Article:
The first part of the paper deals with the key question of the Searle-Derrida debate, namely, with the question of conceptual “exactness” and applicability of concepts to facts. I argue that Derrida makes a strict distinction between the exactness in the realm of concepts and the exactness in the realm of facts. Supposing that it is not correct to argue against him – as Searle does – that concepts cannot be exact because there are no strict boundaries between facts. The second part of the paper deals with a distinction used by John Searle: The distinction between linguistic meaning and speaker’s meaning. According to Searle linguistic meaning is constituted outside a particular context of use whereas speaker’s meaning is embedded in a particular situation. I argue this distinction is problematic as far as any meaning is constituted in a particular utterance and in a particular context of use.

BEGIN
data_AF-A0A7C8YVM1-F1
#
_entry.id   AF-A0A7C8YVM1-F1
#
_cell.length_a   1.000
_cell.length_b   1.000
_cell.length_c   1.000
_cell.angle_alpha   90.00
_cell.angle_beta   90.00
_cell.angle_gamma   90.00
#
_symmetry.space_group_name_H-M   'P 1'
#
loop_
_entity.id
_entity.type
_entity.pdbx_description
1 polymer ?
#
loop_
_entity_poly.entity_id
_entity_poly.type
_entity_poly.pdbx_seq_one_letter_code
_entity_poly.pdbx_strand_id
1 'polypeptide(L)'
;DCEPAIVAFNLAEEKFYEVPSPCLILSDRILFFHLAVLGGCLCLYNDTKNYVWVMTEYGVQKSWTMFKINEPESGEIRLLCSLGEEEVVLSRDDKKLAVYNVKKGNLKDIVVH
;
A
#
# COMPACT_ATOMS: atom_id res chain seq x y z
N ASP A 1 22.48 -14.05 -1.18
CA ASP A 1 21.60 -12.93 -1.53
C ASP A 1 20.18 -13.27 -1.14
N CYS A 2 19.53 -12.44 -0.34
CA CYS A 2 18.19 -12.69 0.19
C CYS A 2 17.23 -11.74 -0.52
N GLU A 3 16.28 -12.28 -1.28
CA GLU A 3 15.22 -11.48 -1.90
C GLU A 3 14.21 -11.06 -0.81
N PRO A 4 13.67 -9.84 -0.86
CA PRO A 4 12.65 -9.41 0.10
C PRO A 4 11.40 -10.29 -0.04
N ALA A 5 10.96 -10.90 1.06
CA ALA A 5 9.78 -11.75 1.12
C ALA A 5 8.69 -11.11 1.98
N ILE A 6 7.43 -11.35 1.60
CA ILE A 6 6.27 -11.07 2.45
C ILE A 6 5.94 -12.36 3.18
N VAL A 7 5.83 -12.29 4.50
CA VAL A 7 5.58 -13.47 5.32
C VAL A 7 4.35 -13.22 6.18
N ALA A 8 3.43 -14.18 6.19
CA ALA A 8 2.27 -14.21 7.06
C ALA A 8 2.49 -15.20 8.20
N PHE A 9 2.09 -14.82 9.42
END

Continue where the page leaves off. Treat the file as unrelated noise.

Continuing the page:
background, concept, linguistic meaning, speaker’s meaning, utterance
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